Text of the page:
Time for an Upgrade, and Why I’m Not Switching to Full Frame
After almost five years using the Sony a6500 as my primary camera, I recently upgraded to the a6600. Admittedly, on paper this is a rather modest upgrade with none of the improved specs of the a6600 being particularly compelling on their own, but after using the a6600, I really think this is a case where several small improvements add up to more than the sum of the individual pieces. The image quality and sensor performance appear to be identical with no improvements to the sensor. On the other hand, the a6600 features Sony’s improved autofocus system with real-time tracking and always-on Eye AF (plus animal Eye AF) along with a faster processor and more autofocus points. In addition, the a6600 is weather-sealed, uses a much-larger battery, and adds more customization options including an additional custom button, a customizable menu, and custom shoot settings. Finally, the a6600 is one of only two camera bodies that fully support Sony’s LA-EA5 adapter which allows the use of the camera’s modern autofocus system with A-mount lenses including legacy Minolta lenses.
So why am I sticking with APS-C in 2023? The short answer is that the image quality improvements offered by full frame cameras are not worth the additional cost of the lenses and higher weight and size of the full frame system. To be honest, after listening to Mark Galer’s review of the A7C and his recommendations for building a small and lightweight full-frame kit around that camera body, I was ready to buy one from Adorama’s used store for $1890 with the 28-60 mm kit lens. However, even though it is basically the same size, the a7C sacrifices a lot of the usability enhancements of the a6600 (e.g., the a7C has only one custom button). But the dealbreaker was the a7C’s lack of support for the LA-EA5 adapter. It may seem silly but I love my Minolta glass and am really excited to finally be able to use those lenses with a modern autofocus system.
I bought a used a6600 body in Excellent+ condition from Adorama for $1129 along with a new LA-EA5 adapter for $229. By comparison, I priced out a used a7IV body with two lenses for $3,800 (based on what Adorama had available in February 2023). I could certainly sell some of my APS-C lenses but it would not be enough to offset the whole $2,500 difference in price. And for that money I would get slightly better than 1 stop of sensor performance and a few more megapixels while trading off a lot of extra weight for those two big lenses. I’ve learned how to maximize the image quality from the smaller sensors using ETTR and bracketing techniques, and for my style of photography, I’ve got no complaints about image quality. And there are other drawbacks to full frame cameras in addition to the cost and size that affect my photographic needs-including limited depth of field for landscapes requiring focus stacking and lesser reach of telephoto lenses compared to smaller sensors.
The other major difference between full frame and smaller sensors that has become more prevalent the last few years is the megapixel gap. Sony’s latest full frame cameras include 12, 33, 50, and 60 megapixels while their APS-C cameras have been stuck at 24 megapixels since 2011. Sony Semiconductor Solutions Group has APS-C options with 26 (found in the Sony FX30 cinema camera and Fuji’s X-H2S) and 40 megapixels (Fuji X-H2 and X-T5) but there’s no indication that either of those sensors will appear in a Sony stills camera anytime soon.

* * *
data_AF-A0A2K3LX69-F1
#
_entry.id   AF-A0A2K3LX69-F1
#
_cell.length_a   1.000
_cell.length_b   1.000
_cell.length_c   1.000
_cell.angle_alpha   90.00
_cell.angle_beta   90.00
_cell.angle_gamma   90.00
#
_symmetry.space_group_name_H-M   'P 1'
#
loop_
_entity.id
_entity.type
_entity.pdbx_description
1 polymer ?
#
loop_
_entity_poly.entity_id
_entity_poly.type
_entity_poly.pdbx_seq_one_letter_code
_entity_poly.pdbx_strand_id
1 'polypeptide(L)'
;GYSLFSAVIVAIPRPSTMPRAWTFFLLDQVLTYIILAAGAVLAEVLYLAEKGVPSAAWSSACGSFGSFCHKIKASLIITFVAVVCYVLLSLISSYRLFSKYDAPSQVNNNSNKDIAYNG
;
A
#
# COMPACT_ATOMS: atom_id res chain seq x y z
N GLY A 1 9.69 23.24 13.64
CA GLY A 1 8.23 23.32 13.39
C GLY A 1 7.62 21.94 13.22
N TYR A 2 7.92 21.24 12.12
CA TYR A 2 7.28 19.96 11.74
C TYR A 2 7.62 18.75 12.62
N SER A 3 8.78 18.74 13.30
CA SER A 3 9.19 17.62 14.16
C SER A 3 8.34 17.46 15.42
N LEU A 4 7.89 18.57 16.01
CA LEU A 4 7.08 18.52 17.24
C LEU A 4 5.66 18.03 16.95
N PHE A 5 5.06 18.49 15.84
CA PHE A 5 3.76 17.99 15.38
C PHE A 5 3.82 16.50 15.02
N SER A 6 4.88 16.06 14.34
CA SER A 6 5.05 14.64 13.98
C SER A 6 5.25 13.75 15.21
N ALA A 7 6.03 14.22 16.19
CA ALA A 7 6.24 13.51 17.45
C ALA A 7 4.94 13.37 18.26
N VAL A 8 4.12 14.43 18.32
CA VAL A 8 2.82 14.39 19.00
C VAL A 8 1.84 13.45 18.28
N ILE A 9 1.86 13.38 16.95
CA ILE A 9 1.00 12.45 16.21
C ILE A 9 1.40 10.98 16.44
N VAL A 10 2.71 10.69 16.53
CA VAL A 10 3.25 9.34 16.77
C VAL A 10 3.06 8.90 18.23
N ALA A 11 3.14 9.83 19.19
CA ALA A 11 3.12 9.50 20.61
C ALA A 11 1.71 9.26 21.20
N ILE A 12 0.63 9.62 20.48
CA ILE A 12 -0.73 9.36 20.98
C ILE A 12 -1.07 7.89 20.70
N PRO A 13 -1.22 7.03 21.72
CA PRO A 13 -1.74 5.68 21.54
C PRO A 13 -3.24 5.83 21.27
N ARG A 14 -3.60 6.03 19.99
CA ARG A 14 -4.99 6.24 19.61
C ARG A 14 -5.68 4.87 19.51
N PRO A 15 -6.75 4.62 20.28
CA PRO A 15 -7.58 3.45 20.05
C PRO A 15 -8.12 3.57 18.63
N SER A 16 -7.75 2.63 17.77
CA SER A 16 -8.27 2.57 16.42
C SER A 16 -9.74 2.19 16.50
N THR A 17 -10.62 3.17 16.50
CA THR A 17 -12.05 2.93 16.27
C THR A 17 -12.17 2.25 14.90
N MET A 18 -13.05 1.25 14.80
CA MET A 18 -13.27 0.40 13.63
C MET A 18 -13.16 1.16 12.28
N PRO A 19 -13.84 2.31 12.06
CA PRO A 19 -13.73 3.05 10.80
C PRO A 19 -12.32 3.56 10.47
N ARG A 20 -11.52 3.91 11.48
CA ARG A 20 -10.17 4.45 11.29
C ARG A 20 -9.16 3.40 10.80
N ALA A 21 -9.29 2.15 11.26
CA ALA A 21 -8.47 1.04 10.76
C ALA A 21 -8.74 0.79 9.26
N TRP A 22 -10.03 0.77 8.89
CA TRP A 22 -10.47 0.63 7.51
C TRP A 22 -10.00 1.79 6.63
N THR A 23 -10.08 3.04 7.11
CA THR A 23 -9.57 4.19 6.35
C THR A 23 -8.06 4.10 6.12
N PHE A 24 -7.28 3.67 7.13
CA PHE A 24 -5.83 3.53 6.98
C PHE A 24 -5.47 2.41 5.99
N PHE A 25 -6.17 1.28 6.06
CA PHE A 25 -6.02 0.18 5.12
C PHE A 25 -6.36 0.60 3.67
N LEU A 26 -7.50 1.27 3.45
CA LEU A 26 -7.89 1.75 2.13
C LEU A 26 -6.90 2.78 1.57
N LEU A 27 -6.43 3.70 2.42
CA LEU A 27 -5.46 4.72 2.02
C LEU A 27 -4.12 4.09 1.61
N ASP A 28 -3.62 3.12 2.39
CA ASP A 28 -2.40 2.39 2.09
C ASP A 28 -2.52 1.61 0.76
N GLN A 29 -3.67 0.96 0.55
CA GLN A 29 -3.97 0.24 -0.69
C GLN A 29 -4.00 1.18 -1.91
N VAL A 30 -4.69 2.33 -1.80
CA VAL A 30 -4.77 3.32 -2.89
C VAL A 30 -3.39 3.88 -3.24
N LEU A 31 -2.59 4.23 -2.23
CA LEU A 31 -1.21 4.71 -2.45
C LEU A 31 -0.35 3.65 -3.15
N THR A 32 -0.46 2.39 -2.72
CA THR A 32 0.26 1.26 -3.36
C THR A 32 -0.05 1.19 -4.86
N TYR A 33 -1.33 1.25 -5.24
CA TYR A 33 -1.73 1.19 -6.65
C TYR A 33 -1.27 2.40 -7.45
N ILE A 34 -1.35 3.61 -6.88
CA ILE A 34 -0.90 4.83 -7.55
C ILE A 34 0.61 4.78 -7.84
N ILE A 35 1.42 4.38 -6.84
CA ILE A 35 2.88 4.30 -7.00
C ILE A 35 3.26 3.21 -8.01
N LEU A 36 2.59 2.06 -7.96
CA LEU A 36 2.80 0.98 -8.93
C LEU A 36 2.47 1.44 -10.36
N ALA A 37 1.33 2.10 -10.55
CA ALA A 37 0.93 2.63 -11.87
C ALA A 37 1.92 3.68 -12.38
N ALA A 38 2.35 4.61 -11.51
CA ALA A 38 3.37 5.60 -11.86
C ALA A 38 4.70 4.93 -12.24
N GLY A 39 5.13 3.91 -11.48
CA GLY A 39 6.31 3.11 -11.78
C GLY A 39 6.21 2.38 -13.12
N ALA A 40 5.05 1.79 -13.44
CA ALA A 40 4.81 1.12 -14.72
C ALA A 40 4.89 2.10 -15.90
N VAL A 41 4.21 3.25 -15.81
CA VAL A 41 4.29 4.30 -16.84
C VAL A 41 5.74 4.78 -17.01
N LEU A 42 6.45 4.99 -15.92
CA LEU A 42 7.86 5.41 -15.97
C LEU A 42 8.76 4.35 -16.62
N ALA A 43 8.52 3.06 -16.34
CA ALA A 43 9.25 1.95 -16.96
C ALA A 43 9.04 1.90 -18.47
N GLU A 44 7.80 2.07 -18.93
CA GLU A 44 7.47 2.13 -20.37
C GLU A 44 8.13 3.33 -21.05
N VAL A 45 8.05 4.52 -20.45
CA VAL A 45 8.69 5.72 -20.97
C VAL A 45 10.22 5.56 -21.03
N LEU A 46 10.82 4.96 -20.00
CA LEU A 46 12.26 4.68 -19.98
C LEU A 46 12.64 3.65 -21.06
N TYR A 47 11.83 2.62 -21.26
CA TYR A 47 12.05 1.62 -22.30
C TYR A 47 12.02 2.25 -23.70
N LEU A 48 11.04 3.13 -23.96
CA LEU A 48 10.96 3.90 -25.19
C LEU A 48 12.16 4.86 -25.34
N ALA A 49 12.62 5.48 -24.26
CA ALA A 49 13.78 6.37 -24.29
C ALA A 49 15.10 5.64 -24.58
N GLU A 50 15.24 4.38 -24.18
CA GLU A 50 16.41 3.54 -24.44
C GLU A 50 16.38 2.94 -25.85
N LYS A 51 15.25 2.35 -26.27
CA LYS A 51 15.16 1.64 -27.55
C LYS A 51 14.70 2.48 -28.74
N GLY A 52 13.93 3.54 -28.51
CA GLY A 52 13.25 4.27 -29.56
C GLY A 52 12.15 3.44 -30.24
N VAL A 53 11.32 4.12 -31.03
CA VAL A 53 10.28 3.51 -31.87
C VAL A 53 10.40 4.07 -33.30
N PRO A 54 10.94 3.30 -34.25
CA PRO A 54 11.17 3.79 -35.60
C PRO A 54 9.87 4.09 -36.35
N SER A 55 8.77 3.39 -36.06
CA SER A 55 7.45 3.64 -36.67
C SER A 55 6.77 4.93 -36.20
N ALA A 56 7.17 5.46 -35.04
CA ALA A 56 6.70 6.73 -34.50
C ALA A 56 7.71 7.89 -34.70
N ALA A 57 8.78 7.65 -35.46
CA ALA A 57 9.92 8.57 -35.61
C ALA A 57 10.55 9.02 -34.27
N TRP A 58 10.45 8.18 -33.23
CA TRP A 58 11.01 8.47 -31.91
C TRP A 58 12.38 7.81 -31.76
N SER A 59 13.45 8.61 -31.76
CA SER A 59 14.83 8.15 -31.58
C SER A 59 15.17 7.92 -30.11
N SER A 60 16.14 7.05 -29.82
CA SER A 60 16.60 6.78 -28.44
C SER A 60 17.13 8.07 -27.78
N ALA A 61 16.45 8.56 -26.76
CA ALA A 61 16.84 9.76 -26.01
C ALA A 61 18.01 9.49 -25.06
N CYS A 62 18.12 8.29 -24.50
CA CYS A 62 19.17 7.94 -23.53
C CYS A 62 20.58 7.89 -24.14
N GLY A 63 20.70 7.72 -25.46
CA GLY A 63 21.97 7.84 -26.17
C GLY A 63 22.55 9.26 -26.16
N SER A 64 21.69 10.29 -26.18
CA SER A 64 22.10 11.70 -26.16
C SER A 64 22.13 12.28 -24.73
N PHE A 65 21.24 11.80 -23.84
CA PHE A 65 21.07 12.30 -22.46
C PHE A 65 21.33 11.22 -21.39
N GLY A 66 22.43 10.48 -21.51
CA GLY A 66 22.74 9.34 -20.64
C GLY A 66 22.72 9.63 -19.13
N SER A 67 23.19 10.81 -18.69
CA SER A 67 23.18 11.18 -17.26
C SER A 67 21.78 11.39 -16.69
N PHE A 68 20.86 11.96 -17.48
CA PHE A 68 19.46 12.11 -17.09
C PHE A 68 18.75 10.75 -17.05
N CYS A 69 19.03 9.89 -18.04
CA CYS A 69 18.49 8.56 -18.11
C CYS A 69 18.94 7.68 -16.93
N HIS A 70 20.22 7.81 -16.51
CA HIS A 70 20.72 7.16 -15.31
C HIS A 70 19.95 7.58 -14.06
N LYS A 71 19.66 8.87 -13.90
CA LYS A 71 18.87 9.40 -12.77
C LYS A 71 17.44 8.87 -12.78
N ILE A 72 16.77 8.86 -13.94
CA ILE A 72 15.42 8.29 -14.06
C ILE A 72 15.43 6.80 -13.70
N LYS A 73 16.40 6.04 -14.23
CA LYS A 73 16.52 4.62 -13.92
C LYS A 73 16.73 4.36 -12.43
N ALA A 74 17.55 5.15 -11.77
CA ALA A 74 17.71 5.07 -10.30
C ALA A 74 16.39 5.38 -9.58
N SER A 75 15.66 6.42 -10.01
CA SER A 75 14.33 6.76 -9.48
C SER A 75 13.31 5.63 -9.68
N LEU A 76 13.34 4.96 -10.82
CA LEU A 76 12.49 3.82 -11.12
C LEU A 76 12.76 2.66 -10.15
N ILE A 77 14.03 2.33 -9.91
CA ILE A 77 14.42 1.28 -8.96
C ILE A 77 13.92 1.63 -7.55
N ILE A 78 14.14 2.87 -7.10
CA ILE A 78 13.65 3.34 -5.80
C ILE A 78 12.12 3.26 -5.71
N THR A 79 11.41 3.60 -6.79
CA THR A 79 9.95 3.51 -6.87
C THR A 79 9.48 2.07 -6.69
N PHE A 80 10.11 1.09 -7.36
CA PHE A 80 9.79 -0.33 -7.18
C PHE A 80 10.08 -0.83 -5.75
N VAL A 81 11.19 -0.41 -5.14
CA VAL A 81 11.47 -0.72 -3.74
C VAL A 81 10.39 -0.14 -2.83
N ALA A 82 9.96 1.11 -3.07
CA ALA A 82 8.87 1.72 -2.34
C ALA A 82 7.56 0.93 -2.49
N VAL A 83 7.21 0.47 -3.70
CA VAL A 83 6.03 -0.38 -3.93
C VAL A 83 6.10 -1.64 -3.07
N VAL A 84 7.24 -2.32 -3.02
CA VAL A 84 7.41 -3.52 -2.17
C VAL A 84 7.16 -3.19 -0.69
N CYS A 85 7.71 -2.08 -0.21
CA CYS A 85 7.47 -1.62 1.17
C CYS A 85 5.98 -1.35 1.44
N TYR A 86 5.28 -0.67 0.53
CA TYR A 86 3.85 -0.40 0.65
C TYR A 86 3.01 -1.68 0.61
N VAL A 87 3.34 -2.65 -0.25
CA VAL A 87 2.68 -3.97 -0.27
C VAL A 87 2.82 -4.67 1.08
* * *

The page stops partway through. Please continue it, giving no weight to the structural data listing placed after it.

Before buying the a6600, I did a lot of online research on the current state of camera sensor development (and may write a separate blog post on that topic). I found that the dynamic range and noise performance of CMOS camera sensors has not really changed since about 2014, and that remains mostly true for the newer high megapixel APS-C sensors. Obviously, without an improvement in image quality, there’s no real difference between 24 and 26 megapixels, so a hypothetical 26 megapixel a6800 is not particularly exciting, even if it features a stacked, backside-illuminated sensor. Jumping to 40 megapixels is a more complicated proposition-while that’s a significant increase in resolution, it comes with a steep price in file size and processing power requirements, and the real increase in resolution is limited by the optical quality of the lens and diffraction (look at the Canon 90D and Fuji X-H2/X-T5 for examples).
After a few weeks with the a6600, I’m finding that I love the photos that I’m taking with this camera, and that says a lot more than anything on a spec sheet. I’m more than satisfied with the upgraded capabilities of this camera over the a6500, and I’m not regretting my decision to stick with APS-C over full frame for now. When and if I do make the jump, I think it will be for a Leica Q2 Monochrom. By the way, my a6500 is currently at Kolari Vision getting a Pro-AR full spectrum conversion and will ship back paired with an IR Chrome filter for in-camera Aerochrome!
A note on buying used gear: The a6600 camera was listed in “Excellent+” condition by Adorama and was in absolutely flawless condition with only 143 shutter actuations when I received it, This was my third purchase of used gear from Adorama, and I’ve had the same experience for all three items. I have had a bad experience buying a used drone from B&H, but Adorama has been fantastic, and I will continue buying used gear from them.